The de-icers were an anti-icing system. We would switch the pump, at the FE's station, to cyclic operation if we thought we were going to encounter icing conditions, wetting the flying surfaces with AL5, making it difficult for ice to accumulate. If the icing started setting off the alerters or we could just see it adhering we could set the pump to continuous. In that selection it wasn't going to last very long though, so we always tried to get out of the weather as quickly as possible. We also had to fly at specific speeds when using de-icing fluid, this was to ensure that the fluid would flow back over both the upper and lower flying surfaces. It was always beneficial to do a set of pre-flight checks on a dry day, as you could then see from the puddles appearing under the porous strips if any of them were blocked/failed.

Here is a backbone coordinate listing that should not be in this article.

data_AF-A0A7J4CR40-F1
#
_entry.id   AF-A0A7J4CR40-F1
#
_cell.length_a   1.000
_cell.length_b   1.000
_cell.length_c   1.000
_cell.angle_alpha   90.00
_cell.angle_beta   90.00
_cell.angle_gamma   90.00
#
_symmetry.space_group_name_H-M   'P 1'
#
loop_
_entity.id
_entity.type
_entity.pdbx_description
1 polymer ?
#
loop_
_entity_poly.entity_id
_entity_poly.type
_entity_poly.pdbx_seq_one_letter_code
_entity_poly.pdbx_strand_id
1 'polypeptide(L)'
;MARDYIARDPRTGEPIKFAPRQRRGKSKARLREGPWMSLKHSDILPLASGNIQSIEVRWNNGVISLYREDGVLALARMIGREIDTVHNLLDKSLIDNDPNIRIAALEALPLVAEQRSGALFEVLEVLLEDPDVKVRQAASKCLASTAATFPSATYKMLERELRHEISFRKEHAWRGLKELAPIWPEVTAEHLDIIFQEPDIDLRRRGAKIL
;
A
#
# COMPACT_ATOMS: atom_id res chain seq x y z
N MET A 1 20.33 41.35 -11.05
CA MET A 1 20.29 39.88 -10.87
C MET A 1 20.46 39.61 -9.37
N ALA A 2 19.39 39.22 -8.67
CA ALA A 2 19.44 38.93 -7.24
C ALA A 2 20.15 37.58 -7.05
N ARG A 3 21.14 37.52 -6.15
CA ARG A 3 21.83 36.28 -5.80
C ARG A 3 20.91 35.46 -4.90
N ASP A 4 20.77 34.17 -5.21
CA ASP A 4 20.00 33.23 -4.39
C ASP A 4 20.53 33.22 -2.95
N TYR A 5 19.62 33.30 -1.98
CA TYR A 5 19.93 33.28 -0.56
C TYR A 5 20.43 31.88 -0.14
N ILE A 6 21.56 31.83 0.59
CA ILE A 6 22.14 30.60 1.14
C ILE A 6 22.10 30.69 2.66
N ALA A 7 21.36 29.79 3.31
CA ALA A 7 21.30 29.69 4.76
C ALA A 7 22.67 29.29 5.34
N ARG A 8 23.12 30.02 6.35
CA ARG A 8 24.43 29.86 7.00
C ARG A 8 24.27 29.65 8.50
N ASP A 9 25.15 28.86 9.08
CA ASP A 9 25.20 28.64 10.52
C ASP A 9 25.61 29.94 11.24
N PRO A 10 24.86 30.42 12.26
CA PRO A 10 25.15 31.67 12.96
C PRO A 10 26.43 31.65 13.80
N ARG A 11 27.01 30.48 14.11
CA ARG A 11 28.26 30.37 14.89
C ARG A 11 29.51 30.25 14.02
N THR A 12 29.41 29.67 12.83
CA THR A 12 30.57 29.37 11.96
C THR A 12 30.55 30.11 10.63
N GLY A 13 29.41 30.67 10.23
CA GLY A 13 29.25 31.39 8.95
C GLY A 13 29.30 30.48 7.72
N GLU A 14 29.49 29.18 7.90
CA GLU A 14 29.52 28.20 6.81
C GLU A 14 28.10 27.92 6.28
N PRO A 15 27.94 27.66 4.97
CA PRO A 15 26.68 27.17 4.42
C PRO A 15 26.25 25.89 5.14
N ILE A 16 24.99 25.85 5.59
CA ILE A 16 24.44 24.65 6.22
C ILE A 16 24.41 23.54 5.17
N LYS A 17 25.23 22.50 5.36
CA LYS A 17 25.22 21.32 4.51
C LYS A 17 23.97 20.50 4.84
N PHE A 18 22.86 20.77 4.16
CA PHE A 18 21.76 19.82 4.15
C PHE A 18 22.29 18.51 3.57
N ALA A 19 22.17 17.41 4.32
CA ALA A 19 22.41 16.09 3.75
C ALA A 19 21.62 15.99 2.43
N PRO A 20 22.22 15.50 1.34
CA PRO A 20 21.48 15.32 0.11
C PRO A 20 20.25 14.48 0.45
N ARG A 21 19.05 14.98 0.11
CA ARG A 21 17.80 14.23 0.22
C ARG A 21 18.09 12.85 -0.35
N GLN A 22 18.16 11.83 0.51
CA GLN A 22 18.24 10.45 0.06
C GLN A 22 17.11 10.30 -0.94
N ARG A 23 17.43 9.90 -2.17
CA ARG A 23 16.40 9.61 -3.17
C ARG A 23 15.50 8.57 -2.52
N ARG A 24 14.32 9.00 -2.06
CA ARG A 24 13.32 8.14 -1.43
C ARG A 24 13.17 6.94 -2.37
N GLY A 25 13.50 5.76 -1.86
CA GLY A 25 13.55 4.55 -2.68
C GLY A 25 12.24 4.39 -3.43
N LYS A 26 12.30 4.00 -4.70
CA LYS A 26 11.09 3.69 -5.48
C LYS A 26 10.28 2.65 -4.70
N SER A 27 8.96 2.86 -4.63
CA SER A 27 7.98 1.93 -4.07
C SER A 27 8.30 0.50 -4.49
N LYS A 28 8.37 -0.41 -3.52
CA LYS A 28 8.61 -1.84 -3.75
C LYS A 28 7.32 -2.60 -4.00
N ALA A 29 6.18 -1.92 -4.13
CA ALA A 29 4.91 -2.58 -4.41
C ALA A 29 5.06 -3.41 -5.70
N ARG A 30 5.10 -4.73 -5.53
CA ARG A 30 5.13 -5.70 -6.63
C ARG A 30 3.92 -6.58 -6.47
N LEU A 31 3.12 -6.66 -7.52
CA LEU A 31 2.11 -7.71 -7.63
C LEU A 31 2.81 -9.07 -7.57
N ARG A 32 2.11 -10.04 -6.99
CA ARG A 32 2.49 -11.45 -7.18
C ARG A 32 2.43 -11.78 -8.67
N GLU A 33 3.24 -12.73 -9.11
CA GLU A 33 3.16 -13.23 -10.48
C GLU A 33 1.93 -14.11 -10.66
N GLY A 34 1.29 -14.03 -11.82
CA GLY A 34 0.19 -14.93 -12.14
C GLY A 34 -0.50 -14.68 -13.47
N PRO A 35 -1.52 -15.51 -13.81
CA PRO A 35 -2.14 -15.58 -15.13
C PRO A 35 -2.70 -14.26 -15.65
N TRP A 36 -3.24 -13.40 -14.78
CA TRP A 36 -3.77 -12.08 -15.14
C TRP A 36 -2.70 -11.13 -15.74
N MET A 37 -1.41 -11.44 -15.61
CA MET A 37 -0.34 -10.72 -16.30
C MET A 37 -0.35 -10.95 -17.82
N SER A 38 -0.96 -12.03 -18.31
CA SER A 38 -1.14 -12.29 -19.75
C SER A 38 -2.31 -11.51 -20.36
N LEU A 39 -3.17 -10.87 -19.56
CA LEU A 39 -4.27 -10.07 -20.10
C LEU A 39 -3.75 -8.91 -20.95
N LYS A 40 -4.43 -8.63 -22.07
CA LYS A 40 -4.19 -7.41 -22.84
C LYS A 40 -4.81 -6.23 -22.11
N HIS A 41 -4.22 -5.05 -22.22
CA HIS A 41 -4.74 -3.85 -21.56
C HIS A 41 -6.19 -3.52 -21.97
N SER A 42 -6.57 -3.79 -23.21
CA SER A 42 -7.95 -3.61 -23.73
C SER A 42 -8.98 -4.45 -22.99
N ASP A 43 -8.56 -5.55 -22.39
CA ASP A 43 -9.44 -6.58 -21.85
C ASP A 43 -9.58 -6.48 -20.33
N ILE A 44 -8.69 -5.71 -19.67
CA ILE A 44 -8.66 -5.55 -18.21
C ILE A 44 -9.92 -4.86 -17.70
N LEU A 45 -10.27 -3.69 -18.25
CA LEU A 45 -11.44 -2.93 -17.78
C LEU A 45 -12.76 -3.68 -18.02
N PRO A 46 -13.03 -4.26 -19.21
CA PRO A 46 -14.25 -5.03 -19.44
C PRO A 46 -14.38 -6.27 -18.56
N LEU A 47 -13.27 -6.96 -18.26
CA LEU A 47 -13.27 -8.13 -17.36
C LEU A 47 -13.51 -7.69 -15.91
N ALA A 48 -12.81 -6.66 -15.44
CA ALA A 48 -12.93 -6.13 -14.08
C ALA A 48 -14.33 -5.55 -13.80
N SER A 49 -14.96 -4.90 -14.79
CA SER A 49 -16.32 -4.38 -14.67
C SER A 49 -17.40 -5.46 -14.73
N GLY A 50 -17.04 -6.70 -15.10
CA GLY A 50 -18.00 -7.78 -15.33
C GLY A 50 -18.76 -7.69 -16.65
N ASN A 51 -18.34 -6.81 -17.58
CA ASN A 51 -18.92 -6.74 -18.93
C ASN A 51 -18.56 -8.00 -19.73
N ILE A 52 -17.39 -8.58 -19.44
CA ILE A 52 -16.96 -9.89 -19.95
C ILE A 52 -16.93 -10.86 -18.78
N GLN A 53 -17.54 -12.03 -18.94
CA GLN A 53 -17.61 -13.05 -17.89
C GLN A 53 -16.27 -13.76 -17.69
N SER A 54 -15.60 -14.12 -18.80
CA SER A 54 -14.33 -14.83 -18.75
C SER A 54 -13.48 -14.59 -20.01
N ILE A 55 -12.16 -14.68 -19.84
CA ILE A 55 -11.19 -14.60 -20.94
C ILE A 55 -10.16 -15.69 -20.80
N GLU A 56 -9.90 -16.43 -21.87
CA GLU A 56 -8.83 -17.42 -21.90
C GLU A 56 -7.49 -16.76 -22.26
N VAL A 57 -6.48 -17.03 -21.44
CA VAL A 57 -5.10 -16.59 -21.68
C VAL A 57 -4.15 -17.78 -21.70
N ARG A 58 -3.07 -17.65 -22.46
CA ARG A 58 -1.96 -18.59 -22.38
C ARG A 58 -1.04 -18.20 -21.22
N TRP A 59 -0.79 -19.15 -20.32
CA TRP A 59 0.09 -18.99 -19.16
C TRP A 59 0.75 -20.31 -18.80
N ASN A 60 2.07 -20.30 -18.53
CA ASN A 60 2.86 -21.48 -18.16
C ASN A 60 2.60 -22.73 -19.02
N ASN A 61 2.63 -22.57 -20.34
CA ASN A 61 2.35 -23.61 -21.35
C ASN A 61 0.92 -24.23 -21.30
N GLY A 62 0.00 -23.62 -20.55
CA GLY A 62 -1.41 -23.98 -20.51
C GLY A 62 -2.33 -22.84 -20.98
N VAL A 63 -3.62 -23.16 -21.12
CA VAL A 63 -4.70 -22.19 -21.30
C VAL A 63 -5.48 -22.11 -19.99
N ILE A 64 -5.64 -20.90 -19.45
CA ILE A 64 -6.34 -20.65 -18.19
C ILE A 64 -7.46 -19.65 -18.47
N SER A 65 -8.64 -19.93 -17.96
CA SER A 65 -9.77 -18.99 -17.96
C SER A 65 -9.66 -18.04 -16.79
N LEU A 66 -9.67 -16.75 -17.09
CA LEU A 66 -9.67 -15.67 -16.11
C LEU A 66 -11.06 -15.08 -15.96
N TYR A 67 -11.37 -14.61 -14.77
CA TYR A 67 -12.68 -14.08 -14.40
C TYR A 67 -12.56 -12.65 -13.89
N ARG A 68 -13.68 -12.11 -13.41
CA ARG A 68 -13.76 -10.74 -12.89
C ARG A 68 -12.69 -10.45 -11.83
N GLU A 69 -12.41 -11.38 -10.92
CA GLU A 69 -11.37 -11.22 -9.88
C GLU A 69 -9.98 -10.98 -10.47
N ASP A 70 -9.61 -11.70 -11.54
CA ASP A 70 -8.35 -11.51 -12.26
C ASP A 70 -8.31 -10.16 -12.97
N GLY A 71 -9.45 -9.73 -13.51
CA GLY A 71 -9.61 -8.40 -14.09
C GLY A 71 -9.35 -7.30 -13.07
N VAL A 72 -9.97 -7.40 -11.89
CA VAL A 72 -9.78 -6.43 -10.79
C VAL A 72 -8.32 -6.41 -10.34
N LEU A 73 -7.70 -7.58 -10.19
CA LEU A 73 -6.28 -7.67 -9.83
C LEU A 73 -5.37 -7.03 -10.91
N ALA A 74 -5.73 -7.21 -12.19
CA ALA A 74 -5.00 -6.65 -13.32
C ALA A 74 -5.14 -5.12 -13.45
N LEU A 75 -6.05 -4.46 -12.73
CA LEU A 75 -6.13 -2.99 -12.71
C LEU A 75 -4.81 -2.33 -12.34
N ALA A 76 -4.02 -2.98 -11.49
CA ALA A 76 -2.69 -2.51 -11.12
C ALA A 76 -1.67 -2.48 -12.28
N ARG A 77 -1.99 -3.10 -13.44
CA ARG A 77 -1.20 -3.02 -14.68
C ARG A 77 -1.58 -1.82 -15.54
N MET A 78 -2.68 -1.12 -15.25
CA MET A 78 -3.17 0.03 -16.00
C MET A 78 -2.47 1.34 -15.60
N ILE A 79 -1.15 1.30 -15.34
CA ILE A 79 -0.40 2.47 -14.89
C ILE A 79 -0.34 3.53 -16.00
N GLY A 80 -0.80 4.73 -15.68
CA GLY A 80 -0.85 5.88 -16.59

I was a Shackleton AEW nav/captain for 9 years, until 8 Sqn folded at Lossiemouth in '91. My day to day bomb bay load was a set of Lindholme gear on the rear carrier, next station had 4 x 5" flares (nasty things!), then we had 3 carriers abreast. The middle one had 4 x Markers Marine and the outboard carriers were fitted Light Series Carriers and each had 4 x Smoke and Flame Floats. The Markers Marine and 5" flares all had RBF collars and tags on them. If we were going to deploy we used to drop the forward carriers and replace them with panniers. The pannier was a large, grey, canvas affair with a grey tubular external frame. I cannot put my hands on any photos at the moment, but I'll look.